The casino-ization of Maryland continues.
The state's Lottery and Gaming Control Commission approved Maryland Live's request to open a new two-story, 52-table poker room in time for Labor Day during its meeting Thursday. Members of the group also heard details about the process being used to award a license to build and operate a casino in Prince George's county, which should be completed by the end of the year. They also cleared the way for Caesars to continue developing the Horseshoe Casino on Russell Street near downtown Baltimore.
A 14,800-square-foot addition is being built onto the side of Maryland Live, already one of the East Coast's largest and most profitable gaming destinations. The Cordish Cos. plans to have the project completed and new dealers in place -- about 100 are in training now -- in time for a controlled demonstration before the state's lottery and gaming agency on Aug. 26. The new poker room would open to the public Aug. 28.
"Game limits and spreads are still pending approval, but we are planning to offer a full array of games to accommodate every level of player from the casual player to big games," said Mike Smith, the casino's director of poker, in a news release. "We will offer a comfortable, well-managed, state-of-the-art Poker Room with a terrific staff and a variety of games and limits to please everyone."
Maryland Live's dominance in the state will not be challenged by a Prince George's casino until 2016 at the earliest -- state law stipulates it cannot open until then -- but the state's Video Lottery Facility Location Commission continues moving toward selecting one of three proposals (ranging from $700 million to $800 million). They outlined a time line at their meeting earlier this week that would set up public hearings on each possible project by mid-Fall.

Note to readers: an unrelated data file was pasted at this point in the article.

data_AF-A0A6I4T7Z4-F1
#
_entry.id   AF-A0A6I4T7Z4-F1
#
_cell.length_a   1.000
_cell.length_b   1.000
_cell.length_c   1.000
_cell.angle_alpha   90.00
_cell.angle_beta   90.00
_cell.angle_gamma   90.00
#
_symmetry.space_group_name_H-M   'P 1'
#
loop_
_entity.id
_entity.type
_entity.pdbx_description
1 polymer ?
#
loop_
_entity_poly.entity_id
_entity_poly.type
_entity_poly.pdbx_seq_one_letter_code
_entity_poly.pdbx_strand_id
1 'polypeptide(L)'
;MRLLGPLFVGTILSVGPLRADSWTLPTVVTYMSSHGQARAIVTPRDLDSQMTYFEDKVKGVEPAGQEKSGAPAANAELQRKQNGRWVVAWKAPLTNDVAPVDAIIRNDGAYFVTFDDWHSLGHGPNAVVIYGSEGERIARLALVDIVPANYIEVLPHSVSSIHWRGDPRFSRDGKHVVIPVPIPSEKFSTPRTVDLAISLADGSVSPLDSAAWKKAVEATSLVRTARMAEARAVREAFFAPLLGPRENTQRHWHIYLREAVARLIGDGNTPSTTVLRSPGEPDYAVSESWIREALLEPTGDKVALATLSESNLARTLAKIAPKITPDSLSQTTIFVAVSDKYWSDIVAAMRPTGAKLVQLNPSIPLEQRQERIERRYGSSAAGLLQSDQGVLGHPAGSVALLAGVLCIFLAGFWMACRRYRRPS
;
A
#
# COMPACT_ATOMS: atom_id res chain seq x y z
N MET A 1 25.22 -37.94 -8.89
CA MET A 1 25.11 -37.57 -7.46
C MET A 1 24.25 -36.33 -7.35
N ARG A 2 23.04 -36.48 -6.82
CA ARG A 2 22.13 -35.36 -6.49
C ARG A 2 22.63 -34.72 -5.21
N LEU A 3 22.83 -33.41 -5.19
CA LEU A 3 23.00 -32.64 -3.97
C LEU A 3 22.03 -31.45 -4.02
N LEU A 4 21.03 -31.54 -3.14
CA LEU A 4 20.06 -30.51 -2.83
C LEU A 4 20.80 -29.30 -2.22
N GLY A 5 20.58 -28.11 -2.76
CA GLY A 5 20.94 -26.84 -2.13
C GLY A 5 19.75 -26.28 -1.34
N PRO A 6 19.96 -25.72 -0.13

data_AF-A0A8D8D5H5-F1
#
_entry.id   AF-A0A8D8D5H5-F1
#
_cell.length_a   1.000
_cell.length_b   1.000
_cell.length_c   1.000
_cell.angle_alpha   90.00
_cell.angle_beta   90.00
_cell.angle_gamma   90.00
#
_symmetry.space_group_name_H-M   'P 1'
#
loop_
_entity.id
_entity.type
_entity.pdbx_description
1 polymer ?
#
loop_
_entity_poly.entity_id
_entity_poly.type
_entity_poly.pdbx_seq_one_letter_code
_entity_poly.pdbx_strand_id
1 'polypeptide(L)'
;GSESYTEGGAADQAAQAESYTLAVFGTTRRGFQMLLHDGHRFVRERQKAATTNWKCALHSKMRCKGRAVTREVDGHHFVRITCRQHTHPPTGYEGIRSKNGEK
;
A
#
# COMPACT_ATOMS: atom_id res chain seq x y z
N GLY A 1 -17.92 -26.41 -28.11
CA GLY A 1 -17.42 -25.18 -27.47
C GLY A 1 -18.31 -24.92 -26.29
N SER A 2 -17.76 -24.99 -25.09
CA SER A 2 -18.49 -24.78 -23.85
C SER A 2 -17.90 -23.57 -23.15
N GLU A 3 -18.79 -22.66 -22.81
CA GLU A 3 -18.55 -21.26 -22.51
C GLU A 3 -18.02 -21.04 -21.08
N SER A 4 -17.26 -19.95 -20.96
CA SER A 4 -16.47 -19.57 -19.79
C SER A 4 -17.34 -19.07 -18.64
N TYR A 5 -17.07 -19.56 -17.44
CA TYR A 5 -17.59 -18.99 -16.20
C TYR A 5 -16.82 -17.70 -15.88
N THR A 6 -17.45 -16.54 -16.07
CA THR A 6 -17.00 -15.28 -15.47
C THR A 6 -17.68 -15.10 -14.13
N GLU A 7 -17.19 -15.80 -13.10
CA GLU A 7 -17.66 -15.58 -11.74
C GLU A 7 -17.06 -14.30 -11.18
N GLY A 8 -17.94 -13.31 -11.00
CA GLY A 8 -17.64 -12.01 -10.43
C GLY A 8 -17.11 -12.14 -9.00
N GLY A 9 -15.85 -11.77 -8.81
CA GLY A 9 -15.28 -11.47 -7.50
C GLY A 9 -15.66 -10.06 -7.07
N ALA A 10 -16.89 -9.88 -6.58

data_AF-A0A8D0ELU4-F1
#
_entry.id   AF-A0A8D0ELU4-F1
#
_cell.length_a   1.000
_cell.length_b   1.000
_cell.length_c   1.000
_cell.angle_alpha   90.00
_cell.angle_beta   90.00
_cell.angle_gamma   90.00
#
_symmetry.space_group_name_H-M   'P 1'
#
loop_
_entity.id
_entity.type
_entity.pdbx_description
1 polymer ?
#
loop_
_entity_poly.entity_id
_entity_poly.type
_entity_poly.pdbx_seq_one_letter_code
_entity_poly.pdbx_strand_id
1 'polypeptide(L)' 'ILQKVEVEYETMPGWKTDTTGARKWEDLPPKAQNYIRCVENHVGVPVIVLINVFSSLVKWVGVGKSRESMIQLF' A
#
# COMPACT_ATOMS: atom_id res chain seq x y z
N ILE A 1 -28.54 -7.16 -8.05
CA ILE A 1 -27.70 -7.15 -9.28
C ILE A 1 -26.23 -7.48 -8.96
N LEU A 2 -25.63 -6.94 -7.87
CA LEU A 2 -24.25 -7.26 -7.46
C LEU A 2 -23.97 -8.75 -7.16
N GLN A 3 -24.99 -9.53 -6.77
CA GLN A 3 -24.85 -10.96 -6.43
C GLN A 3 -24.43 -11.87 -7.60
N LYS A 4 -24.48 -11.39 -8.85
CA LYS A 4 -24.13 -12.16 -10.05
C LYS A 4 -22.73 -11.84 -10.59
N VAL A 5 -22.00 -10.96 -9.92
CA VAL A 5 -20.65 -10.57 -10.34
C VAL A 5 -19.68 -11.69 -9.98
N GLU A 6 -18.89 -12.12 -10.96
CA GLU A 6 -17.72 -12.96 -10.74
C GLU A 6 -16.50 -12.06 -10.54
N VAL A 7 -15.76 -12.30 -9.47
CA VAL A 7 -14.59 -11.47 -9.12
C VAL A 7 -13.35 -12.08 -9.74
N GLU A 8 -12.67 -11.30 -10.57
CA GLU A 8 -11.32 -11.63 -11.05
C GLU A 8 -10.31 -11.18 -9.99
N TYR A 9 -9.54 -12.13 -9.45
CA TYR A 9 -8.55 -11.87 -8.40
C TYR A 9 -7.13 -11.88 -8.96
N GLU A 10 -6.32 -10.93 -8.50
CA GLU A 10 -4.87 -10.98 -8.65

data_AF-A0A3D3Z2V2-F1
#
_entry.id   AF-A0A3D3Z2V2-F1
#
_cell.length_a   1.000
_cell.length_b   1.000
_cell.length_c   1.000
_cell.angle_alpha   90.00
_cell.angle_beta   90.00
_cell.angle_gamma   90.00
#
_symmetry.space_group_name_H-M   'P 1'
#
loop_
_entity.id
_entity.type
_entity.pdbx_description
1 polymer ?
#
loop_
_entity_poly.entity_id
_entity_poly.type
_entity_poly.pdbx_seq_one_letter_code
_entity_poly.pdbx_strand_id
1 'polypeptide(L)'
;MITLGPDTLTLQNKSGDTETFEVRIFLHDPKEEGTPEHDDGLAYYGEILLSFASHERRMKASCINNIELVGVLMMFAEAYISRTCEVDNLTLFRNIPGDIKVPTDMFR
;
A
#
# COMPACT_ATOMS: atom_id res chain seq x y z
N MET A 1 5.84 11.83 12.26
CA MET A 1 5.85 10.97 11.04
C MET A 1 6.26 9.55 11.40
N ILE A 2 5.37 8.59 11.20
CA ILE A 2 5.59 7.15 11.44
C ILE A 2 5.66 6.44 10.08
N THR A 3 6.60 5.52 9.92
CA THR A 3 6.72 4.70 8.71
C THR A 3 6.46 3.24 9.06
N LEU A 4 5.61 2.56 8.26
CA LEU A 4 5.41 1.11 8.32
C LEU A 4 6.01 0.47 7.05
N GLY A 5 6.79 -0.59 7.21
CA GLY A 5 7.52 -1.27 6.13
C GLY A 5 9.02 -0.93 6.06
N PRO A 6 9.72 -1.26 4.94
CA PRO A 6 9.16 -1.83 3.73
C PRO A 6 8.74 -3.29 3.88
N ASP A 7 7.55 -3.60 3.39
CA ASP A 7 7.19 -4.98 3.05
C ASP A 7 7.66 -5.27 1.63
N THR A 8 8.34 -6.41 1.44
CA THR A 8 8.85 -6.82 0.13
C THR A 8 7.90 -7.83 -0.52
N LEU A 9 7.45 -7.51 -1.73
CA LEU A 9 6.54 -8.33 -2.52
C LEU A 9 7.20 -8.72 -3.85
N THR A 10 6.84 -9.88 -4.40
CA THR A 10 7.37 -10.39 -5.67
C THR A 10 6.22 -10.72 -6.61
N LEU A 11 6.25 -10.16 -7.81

"Given the publicity around this location and this RFP, the commission wants to make sure there's extensive public input," director of gaming research Jaclyn Vincent said.
The gaming commission also approved a change in licensing for the Baltimore casino that will allow primary owner Caesers to install 2,500 slot machines and 130 table games. Original plans called for 3,750 slots before the state's voters approved the introduction of table games during the November election.
Other news from Thursday's meeting:
- Hollywood Casino Perryville general manager Bill Hayles will take the same position at Penn National's Hollywood facility in Grantville, Pa. -- outside of Hershey -- once a replacement is named. Hayles said company officials have interviewed candidates and that a decision will be made soon. He will stay for a short transition period but should be in Pennsylvania by August, he said. The Perryville casino was the state's first and made more than $12 million in March 2012 before Maryland Live open and diverted nearly half of the rural venue's customer base. "The challenge is going to be the same," Hayles said. "Whoever takes over will have to deal with more and more competition. We hope that we've balanced out and established a customer base, but there's a lot of change still on the way." Hollywood is already planning to add two poker tables -- for a total of 10 -- due to demand on weekends.
- Increased casino gambling has cut into lottery revenues, which are down about 1.3 percent, director Stephen Martino said. The lottery returned $556 million to the state last fiscal year and will fall short of that number but should reach state projections, he said. Casino revenue will far exceed what the state had expected; all of June's revenues, expected to be more than $70 million, will be extra. The state's casinos have already made $511 million since last July, returning 67 to the state.
- The lottery will begin a Keno promotion built around the chance to be on the field when former Ravens star Jonathan Ogden receives a Hall of Fame ring during the Nov. 24 game against the Jets at M&T Bank Stadium. Other prizes, of $7,500 and $75,000, are based on the left tackle's uniform number. Ogden recently spoke during a staff meeting at the agency.